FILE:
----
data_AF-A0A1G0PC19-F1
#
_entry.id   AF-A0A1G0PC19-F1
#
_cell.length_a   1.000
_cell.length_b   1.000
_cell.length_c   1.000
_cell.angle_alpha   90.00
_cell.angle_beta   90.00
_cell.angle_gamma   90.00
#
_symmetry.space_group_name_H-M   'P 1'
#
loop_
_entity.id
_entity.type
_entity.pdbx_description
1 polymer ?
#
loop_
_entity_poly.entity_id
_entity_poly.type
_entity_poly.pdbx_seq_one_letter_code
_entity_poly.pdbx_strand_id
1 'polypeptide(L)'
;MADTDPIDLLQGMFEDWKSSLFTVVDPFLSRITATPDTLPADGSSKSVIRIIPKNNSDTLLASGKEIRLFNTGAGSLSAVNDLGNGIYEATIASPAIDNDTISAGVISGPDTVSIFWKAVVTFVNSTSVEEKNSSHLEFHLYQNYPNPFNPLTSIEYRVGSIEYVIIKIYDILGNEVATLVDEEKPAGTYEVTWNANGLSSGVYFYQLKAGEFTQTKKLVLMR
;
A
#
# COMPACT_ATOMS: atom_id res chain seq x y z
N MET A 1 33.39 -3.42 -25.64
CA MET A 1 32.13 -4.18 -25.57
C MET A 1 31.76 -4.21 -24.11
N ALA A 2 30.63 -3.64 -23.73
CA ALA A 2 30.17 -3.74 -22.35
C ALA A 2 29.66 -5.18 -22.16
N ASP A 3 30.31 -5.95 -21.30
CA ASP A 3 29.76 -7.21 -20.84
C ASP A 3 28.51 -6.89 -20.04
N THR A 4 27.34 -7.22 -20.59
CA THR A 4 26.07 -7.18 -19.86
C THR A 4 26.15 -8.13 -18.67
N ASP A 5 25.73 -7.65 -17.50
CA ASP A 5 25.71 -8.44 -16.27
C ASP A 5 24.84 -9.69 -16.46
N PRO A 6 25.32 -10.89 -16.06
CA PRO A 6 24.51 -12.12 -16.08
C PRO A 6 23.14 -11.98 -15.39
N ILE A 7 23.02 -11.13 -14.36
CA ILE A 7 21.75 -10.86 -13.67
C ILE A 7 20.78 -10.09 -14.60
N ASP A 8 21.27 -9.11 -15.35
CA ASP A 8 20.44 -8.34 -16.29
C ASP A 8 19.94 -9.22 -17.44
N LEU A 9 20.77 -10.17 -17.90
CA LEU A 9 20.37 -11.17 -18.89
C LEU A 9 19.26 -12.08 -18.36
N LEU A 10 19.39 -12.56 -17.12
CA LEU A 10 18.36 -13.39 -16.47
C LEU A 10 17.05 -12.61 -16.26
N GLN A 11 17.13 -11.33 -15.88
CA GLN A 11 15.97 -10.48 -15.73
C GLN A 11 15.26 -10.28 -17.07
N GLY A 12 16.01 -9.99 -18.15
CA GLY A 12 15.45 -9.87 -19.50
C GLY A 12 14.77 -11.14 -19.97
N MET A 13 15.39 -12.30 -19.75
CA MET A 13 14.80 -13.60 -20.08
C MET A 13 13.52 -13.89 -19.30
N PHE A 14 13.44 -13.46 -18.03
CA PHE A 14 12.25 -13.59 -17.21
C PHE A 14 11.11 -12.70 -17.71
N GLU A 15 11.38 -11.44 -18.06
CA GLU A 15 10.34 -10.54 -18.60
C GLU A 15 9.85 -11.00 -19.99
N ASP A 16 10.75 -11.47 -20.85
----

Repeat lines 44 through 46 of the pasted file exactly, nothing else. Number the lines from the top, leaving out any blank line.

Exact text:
CA ASP A 5 25.71 -8.44 -16.27
C ASP A 5 24.84 -9.69 -16.46
N PRO A 6 25.32 -10.89 -16.06